Welcome to the Pitch Wars Workshops with some of our amazing past and 2020 mentors. From a lottery drawing, we selected writers to receive a query and first page critique from one of our mentors. We’ll be posting some of the critiques leading up to the Pitch Wars submission window. Our hope is that these samples will help you in shining up your query and first page.
We appreciate our mentors for generously dedicating their time to do the critiques. If you have something encouraging to add, feel free to comment below. Please keep all comments tasteful. Our comments are set to moderate, and we will delete any inappropriate or hurtful ones before approving them.
Next up we have …
Pitch Wars Mentor Roma Panganiban …
Roma Panganiban won an essay contest in fourth grade and used the prize money to buy some glitter gel pens and a pint of locally made cotton candy ice cream, and has been chasing those heights of excellence ever since. After majoring in English and Psychology at a picturesque liberal arts college in the middle of nowhere, she moved to England and dabbled in graduate school before finding her way back across the Atlantic to work at a cupcake bakery, a tutoring center, and a theatrical costume studio. She is now happily employed at a literary agency and lives in Brooklyn, where she stays up too late and complains about being tired.
Roma offers freelance editing services.
If you’re seeking assistance for a query critique, a manuscript critique, a full developmental edit, copy editing and/or proofreading, or any other similar service, check out this page HERE for more information.
Roma’s critique . . .
Adult: Literary Fiction
[Please note: this query was submitted as a Word doc in Garamond font, which I and many publishing professionals have a soft spot for! However, many agents accept queries only in the body of an email, and ANY kind of non-default formatting can wreak havoc on the visual experience. With no way of knowing how an email will appear before an agent, I would suggest erring on the side of caution and simply using whatever your email client’s default formatting is, which will then translate smoothly into the agent’s default formatting. But if the agent specifically requests material as Word or PDF attachments, Garamond away!]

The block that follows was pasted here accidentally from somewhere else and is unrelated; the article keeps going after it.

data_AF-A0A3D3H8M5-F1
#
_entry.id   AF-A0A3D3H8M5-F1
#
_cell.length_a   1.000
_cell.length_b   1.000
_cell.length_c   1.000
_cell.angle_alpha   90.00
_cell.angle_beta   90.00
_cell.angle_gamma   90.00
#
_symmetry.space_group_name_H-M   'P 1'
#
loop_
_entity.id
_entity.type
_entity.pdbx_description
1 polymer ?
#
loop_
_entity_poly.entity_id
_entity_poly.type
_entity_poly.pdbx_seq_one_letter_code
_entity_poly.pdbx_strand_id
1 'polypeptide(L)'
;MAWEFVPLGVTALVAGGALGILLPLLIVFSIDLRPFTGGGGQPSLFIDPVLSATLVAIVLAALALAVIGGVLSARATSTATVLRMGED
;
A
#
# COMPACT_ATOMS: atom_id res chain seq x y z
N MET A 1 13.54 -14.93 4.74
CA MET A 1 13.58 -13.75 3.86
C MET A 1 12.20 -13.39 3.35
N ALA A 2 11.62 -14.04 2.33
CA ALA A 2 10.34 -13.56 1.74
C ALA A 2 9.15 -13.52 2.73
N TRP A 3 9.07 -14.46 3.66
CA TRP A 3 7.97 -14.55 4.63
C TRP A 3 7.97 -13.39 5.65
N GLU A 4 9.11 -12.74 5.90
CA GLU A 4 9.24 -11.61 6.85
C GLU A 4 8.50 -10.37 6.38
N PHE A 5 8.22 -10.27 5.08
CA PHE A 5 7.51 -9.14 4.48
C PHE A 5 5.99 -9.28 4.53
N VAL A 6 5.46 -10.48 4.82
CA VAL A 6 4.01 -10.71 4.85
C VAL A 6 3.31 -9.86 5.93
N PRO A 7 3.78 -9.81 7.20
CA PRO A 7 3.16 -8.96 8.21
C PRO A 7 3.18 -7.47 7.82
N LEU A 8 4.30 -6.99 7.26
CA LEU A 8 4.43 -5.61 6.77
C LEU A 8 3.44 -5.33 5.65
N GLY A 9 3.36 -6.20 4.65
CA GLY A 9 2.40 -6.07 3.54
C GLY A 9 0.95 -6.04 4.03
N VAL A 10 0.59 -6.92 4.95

I am seeking mentoring/representation for my novel TITLE OF NOVEL, a work of contemporary literary fiction that draws attention to questions of race and justice in a society that would prefer to ignore them. Due to [personalized reasons], I thought my novel might be of interest to you. [Excellent opening. The title is evocative and, as any good title should, sets a distinct tone for the query and the book itself. In this case, I know not to expect big laughs or an unambiguously happy ending. I also like the phrasing, “of interest to you”–it frames the work as a kind of humble gift to the agent, rather than a plea or even a commercial proposition, though of course it’s arguably both those things. After all, an agent-author relationship is mutually beneficial, so it suggests a sense of mature professionalism for you to have acknowledged that right away.]
A [college/university? high school? PhD? Or use some other descriptor here; skipping an adjective in your opening sentence feels to me like a missed opportunity to set the bar appropriately high for the drama about to unfold] student disappears during Christmas break. Shortly, a video is released online in which a pair of men [dressed] as priests chain him to scaffolding in an alley. The student is Christopher Fairchild[:] he’s the son of a billionaire, and he’s naked. [The sparse syntax is very effective here.] For three days, snow slashes the screen, wind shrieks in the microphone, and the priests watch as Christopher is brutalized, mutilated, and tattooed. [This sentence could be tightened up quite a bit. “Snow slashes the screen” is one of the rare instances in which it could be more appropriate to use the passive voice, e.g. “the screen is slashed by snow,” because the video is more salient than the unpleasant weather. That said, there’s no simple way to flip that syntax of “wind shrieks in the microphone,” and I do like that phrasing a lot. Perhaps the imbalance of this sentence is that there are two clauses that convey a similar message (harsh weather) in parallel with a third that provides new and more vital information (the “priests” are present, but are not the ones committing atrocities against Christopher). The simplest fix I might suggest would involve some tinkering with order and punctuation: “For three days, wind shrieks in the microphone and the video screen is slashed by now; the priests watch as Christopher…”]